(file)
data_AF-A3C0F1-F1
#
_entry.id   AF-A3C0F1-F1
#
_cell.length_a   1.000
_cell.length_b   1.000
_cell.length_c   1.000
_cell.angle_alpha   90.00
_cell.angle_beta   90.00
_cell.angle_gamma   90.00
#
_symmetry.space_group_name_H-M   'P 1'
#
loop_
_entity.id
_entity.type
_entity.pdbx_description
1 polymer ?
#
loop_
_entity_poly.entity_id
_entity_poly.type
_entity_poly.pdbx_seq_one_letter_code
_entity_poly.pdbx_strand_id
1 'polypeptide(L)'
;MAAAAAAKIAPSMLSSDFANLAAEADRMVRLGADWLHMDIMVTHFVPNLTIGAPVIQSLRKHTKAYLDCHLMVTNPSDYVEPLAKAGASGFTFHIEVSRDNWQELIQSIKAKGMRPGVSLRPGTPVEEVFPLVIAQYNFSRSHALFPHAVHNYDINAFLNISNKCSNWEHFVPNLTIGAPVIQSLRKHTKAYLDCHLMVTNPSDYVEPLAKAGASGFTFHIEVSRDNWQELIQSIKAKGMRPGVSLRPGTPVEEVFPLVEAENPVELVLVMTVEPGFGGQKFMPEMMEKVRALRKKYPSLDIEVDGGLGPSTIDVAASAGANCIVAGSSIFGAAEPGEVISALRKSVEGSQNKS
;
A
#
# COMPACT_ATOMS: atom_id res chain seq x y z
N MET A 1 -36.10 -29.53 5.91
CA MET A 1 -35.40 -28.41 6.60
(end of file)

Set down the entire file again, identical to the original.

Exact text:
data_AF-A3C0F1-F1
#
_entry.id   AF-A3C0F1-F1
#
_cell.length_a   1.000
_cell.length_b   1.000
_cell.length_c   1.000
_cell.angle_alpha   90.00
_cell.angle_beta   90.00
_cell.angle_gamma   90.00
#
_symmetry.space_group_name_H-M   'P 1'
#
loop_
_entity.id
_entity.type
_entity.pdbx_description
1 polymer ?
#
loop_
_entity_poly.entity_id
_entity_poly.type
_entity_poly.pdbx_seq_one_letter_code
_entity_poly.pdbx_strand_id
1 'polypeptide(L)'
;MAAAAAAKIAPSMLSSDFANLAAEADRMVRLGADWLHMDIMVTHFVPNLTIGAPVIQSLRKHTKAYLDCHLMVTNPSDYVEPLAKAGASGFTFHIEVSRDNWQELIQSIKAKGMRPGVSLRPGTPVEEVFPLVIAQYNFSRSHALFPHAVHNYDINAFLNISNKCSNWEHFVPNLTIGAPVIQSLRKHTKAYLDCHLMVTNPSDYVEPLAKAGASGFTFHIEVSRDNWQELIQSIKAKGMRPGVSLRPGTPVEEVFPLVEAENPVELVLVMTVEPGFGGQKFMPEMMEKVRALRKKYPSLDIEVDGGLGPSTIDVAASAGANCIVAGSSIFGAAEPGEVISALRKSVEGSQNKS
;
A
#
# COMPACT_ATOMS: atom_id res chain seq x y z
N MET A 1 -36.10 -29.53 5.91
CA MET A 1 -35.40 -28.41 6.60